Just 10 miles from the Derek Chauvin trial, where the former cop is being charged for the killing of George Floyd, 20-year old Daunte Wright was shot and killed by a police officer in Brooklyn Center, Minnesota.
On April 11, Wright had been in a car with his girlfriend on the way to his older brother’s house. He was then pulled over by 26-year police force veteran, Kim Potter, for a traffic violation related to expired registration tags.
It was also discovered that Wright had an outstanding warrant.
Police then moved to handcuff Wright, which led to a struggle wherein Wright tried to re-enter his car. Potter, who allegedly mistook her gun for a stun gun, pulled a weapon on Wright and shot a single bullet into his chest.
He attempted to drive away, but died at the scene.
Police Chief Tim Gannon believed the incident to be an accident. “It is my belief that the officer had the intention to deploy their Taser but instead shot Mr. Wright with a single bullet,” he said.
Wright’s death subsequently caused an eruption of protests in the Minneapolis suburb of Brooklyn Center, which eerily mirrored the scenes of last year’s protests against George Floyd’s graphic death.
Protestors, again, took to the streets to demand justice for Wright and for the arrest and conviction of Potter.
In an interview with “Good Morning America”, Wright’s mother, who was on the phone with Wright during the encounter, tearfully recounted the incident and recalled her son sounding extremely afraid. “He’s scared of the police. I heard the fear in his voice.”
Wright’s father, Aubrey Wright, has stated that he would not accept the excuse of Wright’s death as an “accident.”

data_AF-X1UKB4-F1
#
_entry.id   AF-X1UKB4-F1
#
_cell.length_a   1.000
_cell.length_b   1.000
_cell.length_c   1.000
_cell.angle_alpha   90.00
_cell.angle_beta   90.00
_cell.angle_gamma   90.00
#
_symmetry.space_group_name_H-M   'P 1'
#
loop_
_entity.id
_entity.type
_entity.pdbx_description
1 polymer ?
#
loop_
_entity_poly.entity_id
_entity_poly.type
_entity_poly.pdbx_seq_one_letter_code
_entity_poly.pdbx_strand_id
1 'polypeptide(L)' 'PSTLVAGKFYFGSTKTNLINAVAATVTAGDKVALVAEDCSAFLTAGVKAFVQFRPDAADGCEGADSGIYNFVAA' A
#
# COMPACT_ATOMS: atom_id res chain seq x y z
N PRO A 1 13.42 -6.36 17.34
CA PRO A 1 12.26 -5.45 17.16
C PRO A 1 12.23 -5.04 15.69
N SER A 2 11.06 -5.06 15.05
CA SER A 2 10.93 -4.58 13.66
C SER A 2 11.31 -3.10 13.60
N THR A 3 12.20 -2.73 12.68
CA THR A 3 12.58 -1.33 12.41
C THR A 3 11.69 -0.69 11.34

“A mistake, that doesn’t even sound right,” he said. “This officer has been on the force for 26 years. I can’t accept that.”
The event, which was far too close for home almost a year after George Floyd’s death in May of 2020, sparked racial tensions in the country once more. After a year of protesting, with brands and celebrities showing solidarity by posting “Black Lives Matter” on social media feeds, and donations being made to black-run organizations and businesses, many have asked what exactly has changed in modern America.
Though awareness has been raised, with streets renamed and remnants of racist pasts removed, what has actually changed in the attitude of law enforcement towards black Americans?
The question rang through many protestors’ minds as they held up signs demanding justice for yet another black member of the community.
Floyd’s brother, Philonise Floyd, echoed the same sentiments.
“The world is traumatized, watching another African American man being slain,” he said after leaving the courthouse for Chauvin’s 12th day of trial. “Minneapolis, you all can’t sweep this under the rug any more. We’re here and we will fight for justice for this family, just like we’ll fight for justice for our brother.”
He and other members of Floyd’s family reached out to the Wright family in a show of support. They were seen embracing in a news conference outside the Hennepin County Government Center in Minneapolis.
Potter has since submitted her resignation letter and has been arrested. She is facing charges for second-degree manslaughter.